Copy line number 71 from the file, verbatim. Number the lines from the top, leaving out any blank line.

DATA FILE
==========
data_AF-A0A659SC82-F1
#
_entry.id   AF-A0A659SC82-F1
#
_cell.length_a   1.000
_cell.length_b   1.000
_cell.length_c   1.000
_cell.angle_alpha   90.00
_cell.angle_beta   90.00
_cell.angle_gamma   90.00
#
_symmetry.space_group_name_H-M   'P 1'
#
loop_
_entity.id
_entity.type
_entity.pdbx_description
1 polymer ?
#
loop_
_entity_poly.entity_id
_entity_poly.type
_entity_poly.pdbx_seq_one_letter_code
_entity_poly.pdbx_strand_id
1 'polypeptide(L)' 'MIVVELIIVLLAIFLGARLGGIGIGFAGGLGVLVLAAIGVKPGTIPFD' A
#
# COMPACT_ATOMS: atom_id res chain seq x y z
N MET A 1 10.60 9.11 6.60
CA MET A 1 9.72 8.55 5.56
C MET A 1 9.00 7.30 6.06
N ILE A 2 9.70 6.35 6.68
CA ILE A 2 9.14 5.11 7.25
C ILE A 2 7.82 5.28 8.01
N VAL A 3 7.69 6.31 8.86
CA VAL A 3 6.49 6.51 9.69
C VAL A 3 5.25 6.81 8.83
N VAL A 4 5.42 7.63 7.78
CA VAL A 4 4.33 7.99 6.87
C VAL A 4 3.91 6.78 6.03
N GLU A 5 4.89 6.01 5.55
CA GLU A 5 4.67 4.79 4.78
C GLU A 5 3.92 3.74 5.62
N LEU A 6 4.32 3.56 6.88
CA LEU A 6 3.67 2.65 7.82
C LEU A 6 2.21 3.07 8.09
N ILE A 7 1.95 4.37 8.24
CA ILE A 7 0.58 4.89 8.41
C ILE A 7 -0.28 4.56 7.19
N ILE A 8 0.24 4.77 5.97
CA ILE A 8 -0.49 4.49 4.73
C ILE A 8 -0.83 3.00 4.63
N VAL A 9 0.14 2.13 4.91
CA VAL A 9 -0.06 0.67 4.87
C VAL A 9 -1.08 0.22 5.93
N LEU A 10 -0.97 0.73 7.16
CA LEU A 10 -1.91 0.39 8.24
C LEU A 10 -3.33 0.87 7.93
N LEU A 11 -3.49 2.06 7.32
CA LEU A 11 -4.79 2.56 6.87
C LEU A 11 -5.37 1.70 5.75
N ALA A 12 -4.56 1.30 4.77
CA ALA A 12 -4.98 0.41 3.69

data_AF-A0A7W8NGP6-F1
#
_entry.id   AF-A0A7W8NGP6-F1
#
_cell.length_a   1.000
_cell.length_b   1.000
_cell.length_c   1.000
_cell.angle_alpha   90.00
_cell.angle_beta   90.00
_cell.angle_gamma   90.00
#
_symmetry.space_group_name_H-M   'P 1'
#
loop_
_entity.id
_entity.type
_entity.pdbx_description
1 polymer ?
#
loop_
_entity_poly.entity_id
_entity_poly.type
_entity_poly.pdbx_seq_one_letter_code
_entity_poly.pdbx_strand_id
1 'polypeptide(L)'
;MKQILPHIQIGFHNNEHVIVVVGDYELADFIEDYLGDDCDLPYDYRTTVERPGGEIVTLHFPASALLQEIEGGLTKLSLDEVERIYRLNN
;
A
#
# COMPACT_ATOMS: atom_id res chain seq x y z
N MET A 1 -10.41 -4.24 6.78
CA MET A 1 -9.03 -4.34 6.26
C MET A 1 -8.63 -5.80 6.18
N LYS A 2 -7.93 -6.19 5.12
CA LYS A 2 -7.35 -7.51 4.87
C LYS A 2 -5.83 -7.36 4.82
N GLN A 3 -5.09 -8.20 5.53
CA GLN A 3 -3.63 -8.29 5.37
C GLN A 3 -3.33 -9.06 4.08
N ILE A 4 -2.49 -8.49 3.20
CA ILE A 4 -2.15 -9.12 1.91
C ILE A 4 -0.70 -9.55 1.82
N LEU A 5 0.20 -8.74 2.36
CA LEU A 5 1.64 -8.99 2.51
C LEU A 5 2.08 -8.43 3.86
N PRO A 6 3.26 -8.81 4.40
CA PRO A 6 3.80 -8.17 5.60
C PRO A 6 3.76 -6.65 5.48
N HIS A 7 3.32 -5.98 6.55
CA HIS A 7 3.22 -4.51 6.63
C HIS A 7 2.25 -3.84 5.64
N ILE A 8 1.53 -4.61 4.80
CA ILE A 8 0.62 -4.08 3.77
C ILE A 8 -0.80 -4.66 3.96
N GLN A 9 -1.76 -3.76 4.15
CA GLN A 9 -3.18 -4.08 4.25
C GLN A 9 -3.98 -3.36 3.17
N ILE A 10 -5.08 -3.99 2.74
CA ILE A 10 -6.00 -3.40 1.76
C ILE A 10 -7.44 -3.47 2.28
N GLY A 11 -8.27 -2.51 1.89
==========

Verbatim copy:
_cell.angle_beta   90.00